The present invention is directed toward providing an incremental reduction in energy threshold in systems employing multiple pulses delivered between different electrode pairs. The present invention, rather than delivering pulses of equal amplitude, successively or simultaneously, between different electrode pairs delivers pulses which have sequential initiation and termination times, but which overlap one another to a significant degree to effectively define an additional pulse vector intermediate to the pulse vectors defined by the individual electrodes. The degree of overlap and the relative durations of the overlapped and non-overlapped portions of the pulses and the relative amplitudes of the pulses may be adjusted as desired to control the relative amounts of energy delivered to the heart tissue along the defined pulse vectors. In one illustrated embodiment, two equal duration 10 pulses are delivered with a fifty percent overlap, such that approximately twice the energy is delivered along the pulse vector defined during the overlapped portions of the pulses as during the individual non-overlapped portions. While the relative amount of overlap may be adjusted, it is believed that the duration of the overlapped portion of the pulses and the duration of the non-overlapped portion of at least one and preferably both of the pulses should be at least about one or two milliseconds in order to get the benefit from the pulse vector defined during both the overlapped and non-overlapped portions.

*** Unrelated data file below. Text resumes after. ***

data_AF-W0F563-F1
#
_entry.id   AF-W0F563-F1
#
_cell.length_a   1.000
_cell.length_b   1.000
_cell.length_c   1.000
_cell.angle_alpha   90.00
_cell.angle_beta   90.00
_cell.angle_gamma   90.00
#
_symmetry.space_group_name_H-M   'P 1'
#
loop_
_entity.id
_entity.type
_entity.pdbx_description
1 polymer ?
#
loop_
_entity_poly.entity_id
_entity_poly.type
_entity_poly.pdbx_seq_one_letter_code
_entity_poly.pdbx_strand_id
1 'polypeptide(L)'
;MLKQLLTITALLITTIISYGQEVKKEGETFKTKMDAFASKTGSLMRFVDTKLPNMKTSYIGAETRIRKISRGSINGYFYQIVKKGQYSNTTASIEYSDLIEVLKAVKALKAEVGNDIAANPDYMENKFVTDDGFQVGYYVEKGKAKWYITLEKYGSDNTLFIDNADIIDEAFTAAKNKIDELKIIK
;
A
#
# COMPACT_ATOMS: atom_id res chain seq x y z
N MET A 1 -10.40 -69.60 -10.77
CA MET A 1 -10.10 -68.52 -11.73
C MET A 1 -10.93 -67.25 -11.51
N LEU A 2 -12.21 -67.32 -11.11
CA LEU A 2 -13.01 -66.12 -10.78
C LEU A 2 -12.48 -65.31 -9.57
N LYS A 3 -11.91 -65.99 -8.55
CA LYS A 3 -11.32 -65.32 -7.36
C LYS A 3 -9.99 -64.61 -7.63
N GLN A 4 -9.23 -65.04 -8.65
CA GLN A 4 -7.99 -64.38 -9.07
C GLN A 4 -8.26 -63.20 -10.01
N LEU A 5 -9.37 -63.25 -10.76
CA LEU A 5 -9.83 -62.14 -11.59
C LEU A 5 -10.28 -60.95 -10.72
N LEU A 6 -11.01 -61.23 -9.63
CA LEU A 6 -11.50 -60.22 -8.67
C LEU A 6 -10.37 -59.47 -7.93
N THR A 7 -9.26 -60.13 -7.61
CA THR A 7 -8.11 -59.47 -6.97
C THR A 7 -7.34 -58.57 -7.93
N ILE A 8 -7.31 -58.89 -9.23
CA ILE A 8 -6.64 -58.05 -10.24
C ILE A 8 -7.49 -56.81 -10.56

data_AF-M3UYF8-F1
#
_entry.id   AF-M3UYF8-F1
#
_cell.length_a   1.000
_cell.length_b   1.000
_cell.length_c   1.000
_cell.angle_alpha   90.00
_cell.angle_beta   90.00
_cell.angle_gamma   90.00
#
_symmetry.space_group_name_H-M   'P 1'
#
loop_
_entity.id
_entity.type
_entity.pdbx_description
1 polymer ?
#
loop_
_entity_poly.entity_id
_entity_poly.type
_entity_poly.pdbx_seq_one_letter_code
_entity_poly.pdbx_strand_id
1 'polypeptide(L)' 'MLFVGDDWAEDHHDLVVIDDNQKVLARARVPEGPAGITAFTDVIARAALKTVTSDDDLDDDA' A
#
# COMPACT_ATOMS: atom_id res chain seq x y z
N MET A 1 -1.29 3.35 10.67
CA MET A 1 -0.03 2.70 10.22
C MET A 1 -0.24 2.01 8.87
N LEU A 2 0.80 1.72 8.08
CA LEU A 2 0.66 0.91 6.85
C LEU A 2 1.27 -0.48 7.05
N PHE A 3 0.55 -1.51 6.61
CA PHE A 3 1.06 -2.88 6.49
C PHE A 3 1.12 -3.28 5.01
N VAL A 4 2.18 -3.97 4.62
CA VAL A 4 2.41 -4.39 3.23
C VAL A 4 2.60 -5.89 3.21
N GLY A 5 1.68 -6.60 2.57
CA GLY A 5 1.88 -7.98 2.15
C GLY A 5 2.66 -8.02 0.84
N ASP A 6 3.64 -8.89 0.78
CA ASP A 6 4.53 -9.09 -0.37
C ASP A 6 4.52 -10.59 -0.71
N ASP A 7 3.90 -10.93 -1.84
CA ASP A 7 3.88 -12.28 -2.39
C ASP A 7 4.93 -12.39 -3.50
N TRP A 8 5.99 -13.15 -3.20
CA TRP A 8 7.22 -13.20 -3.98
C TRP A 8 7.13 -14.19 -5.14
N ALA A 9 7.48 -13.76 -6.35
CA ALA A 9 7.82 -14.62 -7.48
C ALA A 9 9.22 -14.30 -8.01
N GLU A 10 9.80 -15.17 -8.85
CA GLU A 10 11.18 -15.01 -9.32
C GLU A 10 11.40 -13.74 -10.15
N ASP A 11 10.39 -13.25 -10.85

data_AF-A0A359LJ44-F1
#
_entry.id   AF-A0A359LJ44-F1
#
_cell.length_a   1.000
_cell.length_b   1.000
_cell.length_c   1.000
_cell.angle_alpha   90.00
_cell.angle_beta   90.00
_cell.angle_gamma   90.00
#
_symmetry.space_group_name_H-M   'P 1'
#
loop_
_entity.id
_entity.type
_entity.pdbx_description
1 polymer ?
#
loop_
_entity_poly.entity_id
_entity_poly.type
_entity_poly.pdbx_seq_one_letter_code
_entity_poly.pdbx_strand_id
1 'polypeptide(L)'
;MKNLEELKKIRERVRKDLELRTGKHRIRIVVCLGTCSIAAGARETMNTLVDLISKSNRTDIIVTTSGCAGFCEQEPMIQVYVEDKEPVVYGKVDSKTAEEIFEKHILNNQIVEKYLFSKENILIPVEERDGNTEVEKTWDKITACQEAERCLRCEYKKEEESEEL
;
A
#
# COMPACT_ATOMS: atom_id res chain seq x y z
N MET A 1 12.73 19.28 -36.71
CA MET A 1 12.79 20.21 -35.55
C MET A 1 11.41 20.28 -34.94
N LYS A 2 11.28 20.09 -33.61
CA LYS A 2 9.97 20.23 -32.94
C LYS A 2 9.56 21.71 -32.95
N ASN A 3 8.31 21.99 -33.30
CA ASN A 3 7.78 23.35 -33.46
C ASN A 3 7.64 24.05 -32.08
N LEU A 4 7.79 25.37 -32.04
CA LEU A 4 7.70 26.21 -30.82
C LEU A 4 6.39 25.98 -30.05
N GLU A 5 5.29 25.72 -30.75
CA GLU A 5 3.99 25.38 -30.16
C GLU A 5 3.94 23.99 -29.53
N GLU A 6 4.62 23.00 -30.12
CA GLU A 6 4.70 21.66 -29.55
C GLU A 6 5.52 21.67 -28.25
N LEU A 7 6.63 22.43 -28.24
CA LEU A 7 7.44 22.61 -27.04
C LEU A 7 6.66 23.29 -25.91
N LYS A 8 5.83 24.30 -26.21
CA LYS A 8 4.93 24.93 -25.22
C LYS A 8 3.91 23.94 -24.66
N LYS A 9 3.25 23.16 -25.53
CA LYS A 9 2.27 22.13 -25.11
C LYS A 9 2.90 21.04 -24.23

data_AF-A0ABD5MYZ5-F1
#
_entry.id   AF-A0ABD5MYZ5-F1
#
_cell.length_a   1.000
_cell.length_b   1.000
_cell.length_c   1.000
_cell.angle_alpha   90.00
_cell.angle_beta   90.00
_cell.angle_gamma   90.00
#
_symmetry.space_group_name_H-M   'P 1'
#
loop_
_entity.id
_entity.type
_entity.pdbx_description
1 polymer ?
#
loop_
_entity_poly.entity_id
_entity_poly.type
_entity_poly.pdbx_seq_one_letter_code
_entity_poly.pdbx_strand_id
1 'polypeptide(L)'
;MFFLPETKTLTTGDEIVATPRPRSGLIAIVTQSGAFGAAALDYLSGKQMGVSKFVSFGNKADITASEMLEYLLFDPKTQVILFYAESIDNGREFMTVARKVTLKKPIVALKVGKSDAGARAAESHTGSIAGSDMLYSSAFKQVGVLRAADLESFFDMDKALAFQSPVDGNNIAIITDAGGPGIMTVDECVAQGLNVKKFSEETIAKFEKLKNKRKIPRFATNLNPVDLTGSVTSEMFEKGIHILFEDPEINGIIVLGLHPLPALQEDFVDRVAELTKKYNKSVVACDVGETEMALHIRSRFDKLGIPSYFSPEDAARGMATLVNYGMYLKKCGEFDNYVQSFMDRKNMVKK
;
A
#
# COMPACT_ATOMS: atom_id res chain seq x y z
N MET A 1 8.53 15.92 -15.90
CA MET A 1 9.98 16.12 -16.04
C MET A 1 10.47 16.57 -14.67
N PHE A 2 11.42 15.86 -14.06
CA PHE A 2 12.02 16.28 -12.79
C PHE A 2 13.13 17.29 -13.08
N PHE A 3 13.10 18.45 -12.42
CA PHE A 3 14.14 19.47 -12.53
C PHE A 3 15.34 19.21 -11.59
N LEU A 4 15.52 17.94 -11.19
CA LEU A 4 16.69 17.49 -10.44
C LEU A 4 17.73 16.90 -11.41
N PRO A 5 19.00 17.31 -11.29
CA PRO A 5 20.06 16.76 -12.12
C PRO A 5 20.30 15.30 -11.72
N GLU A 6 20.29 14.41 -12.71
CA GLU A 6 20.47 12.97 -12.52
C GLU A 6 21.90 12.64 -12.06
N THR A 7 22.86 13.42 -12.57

FIG. 1 is an illustration of prior art sequentially applied defibrillation pulses.
FIG. 2 is an illustration of overlapping defibrillation pulses according to the present invention.
FIG. 3 illustrates the current levels delivered during sequential overlapping pulses according to the present invention.
FIGS. 4, 5, 6 and 7 illustrate multiple electrode systems applied to the ventricles of the heart, and the pulse vectors defined during delivery of overlapping pulses according to the present invention.
FIGS. 8a, 8b, 9a, 9b, 10a and 10b illustrate multiple electrode systems including at least three electrodes taken from the set of electrodes comprising a superior vena cava electrode, a coronary sinus electrode, a right ventricular electrode and a subcutaneous electrode, illustrating the pulse vectors defined during delivery of overlapping pulses according to the present invention.
FIG. 11 is a block, functional diagram of a multiple pulse defibrillator of the type that could be employed to practice the present invention.